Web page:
AT&T Inc. T -0.25% and Sprint Corp. S -0.55% have recently raised the administrative fees they charge customers, moves that will bring in hundreds of millions of dollars in additional revenue for the companies.
AT&T, the second-largest U.S. carrier by subscribers, has more than doubled the administrative fee it tacks on to the bottom of many wireless customers’ bills. The monthly fee, which affects most noncorporate wireless plans excluding prepaid service, recently hit $1.99, up from $1.26 earlier this year and 76 cents in 2017.
Financial-services firm BTIG estimated the higher fees could add $970 million to AT&T’s annual revenue and throw off enough cash to finance more than $12 billion of debt.
The extra cash could be crucial as AT&T works to pay down about $180 billion of net debt. The company closed its $81 billion takeover of Time Warner Inc. earlier this month after a federal judge denied a government antitrust lawsuit challenging the deal. The transaction made Dallas-based AT&T the most indebted nongovernmental corporate-bond issuer in the world, according to Moody’s Investors Service.
The telecom company followed up the Time Warner acquisition with a $1.6 billion deal for advertising technology company AppNexus.
Aside from debt, AT&T must also cover its dividend, which paid out more than $12 billion to shareholders last year.
AT&T said it isn’t alone in charging fees atop customers’ base service rates. “This is a standard administrative fee across the wireless industry, which helps cover costs we incur for items like cell site maintenance and interconnection between carriers,” a spokesman said.
Fee increases are a common way for carriers to offset costs without risking the loss of too many customers, said Matt Wood, policy director for Free Press, a consumer advocacy group.
“These companies are taking on massive debt and they have to find some way to pay for them,” he said.
AT&T and Sprint declined to comment on whether they increased administrative fees to help pay down debt.
Sprint raised its monthly administrative charge to $2.50 from $1.99 earlier this year. The 51-cent increase would amount to nearly $200 million in additional annual revenue if applied to all of Sprint’s 32.1 million postpaid wireless lines. A spokeswoman said the user fee covers payments to local telephone companies, property taxes and legal obligations, among other expenses.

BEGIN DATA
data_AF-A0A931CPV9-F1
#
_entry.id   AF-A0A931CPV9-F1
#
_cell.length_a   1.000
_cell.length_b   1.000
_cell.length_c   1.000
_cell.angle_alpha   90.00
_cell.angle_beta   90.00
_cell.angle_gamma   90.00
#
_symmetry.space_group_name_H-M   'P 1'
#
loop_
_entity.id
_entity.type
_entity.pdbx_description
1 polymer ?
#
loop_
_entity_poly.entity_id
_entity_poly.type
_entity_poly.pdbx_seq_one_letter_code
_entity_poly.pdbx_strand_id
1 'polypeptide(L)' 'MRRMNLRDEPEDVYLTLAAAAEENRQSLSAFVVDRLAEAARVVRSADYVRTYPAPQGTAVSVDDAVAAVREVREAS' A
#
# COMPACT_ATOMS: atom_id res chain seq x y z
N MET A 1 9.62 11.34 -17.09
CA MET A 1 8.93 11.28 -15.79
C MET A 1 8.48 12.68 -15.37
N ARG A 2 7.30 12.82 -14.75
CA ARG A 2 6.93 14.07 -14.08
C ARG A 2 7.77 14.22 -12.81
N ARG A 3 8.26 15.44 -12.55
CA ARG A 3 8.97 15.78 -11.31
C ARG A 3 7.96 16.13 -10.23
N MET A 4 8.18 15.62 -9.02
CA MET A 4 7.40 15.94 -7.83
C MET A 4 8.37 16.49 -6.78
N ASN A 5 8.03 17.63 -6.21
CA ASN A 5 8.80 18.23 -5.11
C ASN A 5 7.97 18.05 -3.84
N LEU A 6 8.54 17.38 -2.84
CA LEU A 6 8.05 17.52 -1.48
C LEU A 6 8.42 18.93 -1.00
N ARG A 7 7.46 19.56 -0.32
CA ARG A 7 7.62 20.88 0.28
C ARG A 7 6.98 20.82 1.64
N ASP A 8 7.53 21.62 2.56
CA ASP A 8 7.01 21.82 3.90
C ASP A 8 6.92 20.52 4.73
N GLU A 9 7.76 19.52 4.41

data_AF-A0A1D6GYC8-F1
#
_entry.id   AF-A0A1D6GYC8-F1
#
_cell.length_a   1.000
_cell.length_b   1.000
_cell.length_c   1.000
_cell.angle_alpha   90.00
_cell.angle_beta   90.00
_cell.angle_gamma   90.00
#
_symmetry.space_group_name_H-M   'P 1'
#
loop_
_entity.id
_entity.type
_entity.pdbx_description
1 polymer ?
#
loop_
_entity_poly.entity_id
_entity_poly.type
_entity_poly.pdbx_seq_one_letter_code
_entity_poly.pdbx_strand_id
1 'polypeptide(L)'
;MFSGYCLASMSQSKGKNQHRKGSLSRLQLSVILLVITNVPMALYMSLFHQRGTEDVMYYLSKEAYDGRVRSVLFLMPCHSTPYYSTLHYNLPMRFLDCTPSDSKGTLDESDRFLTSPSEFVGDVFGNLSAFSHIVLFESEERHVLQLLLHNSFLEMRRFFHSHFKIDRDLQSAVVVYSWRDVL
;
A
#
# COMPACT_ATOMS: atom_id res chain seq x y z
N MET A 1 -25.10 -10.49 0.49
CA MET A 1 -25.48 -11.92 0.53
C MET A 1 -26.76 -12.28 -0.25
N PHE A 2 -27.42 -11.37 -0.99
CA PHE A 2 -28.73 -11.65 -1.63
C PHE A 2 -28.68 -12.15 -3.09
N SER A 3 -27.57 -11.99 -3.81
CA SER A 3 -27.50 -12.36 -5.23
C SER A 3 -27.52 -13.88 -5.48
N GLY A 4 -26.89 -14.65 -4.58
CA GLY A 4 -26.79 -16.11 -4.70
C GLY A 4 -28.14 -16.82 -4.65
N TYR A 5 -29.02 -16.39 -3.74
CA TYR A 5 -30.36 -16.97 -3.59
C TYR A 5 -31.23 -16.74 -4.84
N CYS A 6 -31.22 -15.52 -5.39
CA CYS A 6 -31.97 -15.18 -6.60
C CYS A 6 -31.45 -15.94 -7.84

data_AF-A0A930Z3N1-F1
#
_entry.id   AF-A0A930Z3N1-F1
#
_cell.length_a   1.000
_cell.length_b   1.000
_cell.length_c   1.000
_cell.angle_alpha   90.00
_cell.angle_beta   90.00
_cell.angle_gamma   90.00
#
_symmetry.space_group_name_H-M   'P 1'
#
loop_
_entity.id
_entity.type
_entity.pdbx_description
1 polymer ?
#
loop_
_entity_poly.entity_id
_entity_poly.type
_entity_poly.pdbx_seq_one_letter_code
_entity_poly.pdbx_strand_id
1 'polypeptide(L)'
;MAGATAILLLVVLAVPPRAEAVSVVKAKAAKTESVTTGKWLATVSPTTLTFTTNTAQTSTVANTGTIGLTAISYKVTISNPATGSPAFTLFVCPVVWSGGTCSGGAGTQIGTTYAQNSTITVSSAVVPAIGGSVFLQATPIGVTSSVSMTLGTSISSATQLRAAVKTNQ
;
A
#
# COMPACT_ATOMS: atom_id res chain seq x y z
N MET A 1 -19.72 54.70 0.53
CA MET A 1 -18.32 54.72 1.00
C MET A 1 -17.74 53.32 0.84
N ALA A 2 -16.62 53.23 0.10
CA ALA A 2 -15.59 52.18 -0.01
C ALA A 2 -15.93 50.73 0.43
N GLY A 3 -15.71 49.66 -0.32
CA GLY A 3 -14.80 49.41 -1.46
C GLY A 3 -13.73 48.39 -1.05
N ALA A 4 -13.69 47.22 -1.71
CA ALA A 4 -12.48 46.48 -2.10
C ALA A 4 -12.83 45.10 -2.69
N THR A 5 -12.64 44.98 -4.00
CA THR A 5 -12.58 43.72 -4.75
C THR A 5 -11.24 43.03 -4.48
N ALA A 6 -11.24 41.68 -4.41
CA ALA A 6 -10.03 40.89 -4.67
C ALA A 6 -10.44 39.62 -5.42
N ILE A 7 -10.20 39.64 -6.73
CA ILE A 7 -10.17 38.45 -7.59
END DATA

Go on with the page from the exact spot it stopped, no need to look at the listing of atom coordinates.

Verizon Communications Inc. said it charges subscribers a $1.23 monthly administrative fee help cover similar operating costs.
T-Mobile US Inc.’s base rates cover all monthly service fees and sales taxes.
Sprint and T-Mobile in April agreed to an all-stock merger that would combine the country’s No. 4 and No. 3 wireless carriers. The Federal Communications Commission and Department of Justice are reviewing the deal’s effects on competition, a process that is expected to take several months. Sprint had $32 billion of net debt on its balance sheet at the end of March.
Consumer advocates have complained for years that wireless companies use misleading terms to describe their “below-the-line” fees.
Administrative charges are often listed alongside federal and state taxes, suggesting they cover government-mandated costs. Carriers actually set administrative fees at their own discretion.
The companies do explain the charges in writing and disclose fee changes through bill inserts and other notices attached to customers’ monthly statements.
Write to Drew FitzGerald at firstname.lastname@example.org